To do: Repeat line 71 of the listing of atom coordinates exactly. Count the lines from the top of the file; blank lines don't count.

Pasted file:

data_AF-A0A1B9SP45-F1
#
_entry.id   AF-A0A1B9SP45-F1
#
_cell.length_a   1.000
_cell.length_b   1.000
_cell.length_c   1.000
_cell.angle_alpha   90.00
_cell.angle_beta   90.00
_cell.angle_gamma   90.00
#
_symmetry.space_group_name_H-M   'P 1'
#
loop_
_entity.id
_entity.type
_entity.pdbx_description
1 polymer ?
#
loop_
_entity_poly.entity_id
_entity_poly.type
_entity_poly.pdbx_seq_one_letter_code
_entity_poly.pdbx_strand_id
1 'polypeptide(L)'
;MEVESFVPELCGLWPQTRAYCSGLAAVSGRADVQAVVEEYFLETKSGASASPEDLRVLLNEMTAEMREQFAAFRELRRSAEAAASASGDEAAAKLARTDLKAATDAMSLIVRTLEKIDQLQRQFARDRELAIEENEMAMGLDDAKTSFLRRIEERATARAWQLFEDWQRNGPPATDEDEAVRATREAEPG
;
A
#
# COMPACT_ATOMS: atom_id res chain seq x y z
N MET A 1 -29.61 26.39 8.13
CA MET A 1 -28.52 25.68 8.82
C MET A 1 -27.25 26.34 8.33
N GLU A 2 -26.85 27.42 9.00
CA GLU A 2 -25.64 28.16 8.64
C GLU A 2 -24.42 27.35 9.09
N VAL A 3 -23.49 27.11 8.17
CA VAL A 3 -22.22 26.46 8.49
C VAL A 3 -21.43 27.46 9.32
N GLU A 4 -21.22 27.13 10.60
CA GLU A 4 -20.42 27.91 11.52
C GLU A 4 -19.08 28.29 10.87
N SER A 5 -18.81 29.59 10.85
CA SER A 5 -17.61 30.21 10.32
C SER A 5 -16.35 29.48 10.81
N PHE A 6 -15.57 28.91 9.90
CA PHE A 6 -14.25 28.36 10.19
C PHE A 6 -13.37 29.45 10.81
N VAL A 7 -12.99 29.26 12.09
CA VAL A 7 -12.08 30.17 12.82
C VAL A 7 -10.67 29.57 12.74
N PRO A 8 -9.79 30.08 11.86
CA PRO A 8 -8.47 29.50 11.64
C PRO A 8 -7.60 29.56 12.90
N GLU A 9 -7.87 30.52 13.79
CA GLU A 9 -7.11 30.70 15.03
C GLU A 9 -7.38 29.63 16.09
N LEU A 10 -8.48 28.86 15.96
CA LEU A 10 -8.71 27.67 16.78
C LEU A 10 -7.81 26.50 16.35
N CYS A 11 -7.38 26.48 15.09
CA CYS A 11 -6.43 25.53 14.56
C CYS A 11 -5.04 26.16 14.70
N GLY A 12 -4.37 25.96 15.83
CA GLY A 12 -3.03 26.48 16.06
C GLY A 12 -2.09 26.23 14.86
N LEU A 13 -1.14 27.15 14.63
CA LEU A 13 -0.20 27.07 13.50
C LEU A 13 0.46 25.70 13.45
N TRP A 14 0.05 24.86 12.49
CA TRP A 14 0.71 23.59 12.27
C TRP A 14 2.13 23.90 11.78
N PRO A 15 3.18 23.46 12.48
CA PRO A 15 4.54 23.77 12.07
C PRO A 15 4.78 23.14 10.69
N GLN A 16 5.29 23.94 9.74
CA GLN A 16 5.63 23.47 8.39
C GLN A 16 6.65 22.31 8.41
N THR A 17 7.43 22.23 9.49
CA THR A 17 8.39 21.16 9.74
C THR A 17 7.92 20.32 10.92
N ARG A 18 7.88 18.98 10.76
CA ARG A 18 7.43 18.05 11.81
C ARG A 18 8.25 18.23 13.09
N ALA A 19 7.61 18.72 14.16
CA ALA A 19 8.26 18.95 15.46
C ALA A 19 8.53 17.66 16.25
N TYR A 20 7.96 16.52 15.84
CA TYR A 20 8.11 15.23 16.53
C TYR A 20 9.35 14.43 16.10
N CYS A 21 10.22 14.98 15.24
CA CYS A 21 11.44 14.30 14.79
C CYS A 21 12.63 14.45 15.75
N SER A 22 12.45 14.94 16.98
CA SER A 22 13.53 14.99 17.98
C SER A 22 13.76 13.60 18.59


CA TRP A 14 0.71 23.59 12.27